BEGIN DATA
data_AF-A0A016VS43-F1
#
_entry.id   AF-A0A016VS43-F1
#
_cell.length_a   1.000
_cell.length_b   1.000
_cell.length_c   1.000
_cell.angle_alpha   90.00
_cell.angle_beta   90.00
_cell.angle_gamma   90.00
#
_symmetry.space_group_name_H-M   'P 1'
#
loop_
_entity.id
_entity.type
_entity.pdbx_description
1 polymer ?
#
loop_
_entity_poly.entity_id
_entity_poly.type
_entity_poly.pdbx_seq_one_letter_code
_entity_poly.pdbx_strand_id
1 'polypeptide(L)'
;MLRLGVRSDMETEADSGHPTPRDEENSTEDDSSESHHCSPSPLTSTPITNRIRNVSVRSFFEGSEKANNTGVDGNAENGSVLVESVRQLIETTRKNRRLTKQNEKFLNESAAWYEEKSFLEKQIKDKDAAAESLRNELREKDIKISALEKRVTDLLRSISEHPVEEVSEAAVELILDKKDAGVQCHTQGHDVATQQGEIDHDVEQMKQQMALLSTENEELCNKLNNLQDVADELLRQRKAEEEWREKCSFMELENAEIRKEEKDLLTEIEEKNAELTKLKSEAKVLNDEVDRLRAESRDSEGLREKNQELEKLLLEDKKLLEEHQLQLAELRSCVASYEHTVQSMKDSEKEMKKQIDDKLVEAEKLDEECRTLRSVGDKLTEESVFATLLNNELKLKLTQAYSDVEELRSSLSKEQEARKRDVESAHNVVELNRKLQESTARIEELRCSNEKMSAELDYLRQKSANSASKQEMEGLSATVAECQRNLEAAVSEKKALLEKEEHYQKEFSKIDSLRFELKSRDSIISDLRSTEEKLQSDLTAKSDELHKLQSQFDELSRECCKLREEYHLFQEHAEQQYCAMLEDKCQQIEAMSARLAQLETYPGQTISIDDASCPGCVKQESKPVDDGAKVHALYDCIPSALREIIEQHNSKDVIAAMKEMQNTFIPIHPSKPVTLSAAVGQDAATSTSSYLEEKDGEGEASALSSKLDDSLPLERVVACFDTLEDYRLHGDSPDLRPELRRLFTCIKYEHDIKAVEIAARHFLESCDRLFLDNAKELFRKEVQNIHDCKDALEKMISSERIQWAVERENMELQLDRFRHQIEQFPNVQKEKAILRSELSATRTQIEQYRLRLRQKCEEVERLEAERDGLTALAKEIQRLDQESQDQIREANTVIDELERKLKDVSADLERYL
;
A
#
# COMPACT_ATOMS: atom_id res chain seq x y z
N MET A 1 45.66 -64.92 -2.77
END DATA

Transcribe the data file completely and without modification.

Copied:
data_AF-A0A016VS43-F1
#
_entry.id   AF-A0A016VS43-F1
#
_cell.length_a   1.000
_cell.length_b   1.000
_cell.length_c   1.000
_cell.angle_alpha   90.00
_cell.angle_beta   90.00
_cell.angle_gamma   90.00
#
_symmetry.space_group_name_H-M   'P 1'
#
loop_
_entity.id
_entity.type
_entity.pdbx_description
1 polymer ?
#
loop_
_entity_poly.entity_id
_entity_poly.type
_entity_poly.pdbx_seq_one_letter_code
_entity_poly.pdbx_strand_id
1 'polypeptide(L)'
;MLRLGVRSDMETEADSGHPTPRDEENSTEDDSSESHHCSPSPLTSTPITNRIRNVSVRSFFEGSEKANNTGVDGNAENGSVLVESVRQLIETTRKNRRLTKQNEKFLNESAAWYEEKSFLEKQIKDKDAAAESLRNELREKDIKISALEKRVTDLLRSISEHPVEEVSEAAVELILDKKDAGVQCHTQGHDVATQQGEIDHDVEQMKQQMALLSTENEELCNKLNNLQDVADELLRQRKAEEEWREKCSFMELENAEIRKEEKDLLTEIEEKNAELTKLKSEAKVLNDEVDRLRAESRDSEGLREKNQELEKLLLEDKKLLEEHQLQLAELRSCVASYEHTVQSMKDSEKEMKKQIDDKLVEAEKLDEECRTLRSVGDKLTEESVFATLLNNELKLKLTQAYSDVEELRSSLSKEQEARKRDVESAHNVVELNRKLQESTARIEELRCSNEKMSAELDYLRQKSANSASKQEMEGLSATVAECQRNLEAAVSEKKALLEKEEHYQKEFSKIDSLRFELKSRDSIISDLRSTEEKLQSDLTAKSDELHKLQSQFDELSRECCKLREEYHLFQEHAEQQYCAMLEDKCQQIEAMSARLAQLETYPGQTISIDDASCPGCVKQESKPVDDGAKVHALYDCIPSALREIIEQHNSKDVIAAMKEMQNTFIPIHPSKPVTLSAAVGQDAATSTSSYLEEKDGEGEASALSSKLDDSLPLERVVACFDTLEDYRLHGDSPDLRPELRRLFTCIKYEHDIKAVEIAARHFLESCDRLFLDNAKELFRKEVQNIHDCKDALEKMISSERIQWAVERENMELQLDRFRHQIEQFPNVQKEKAILRSELSATRTQIEQYRLRLRQKCEEVERLEAERDGLTALAKEIQRLDQESQDQIREANTVIDELERKLKDVSADLERYL
;
A
#
# COMPACT_ATOMS: atom_id res chain seq x y z
N MET A 1 45.66 -64.92 -2.77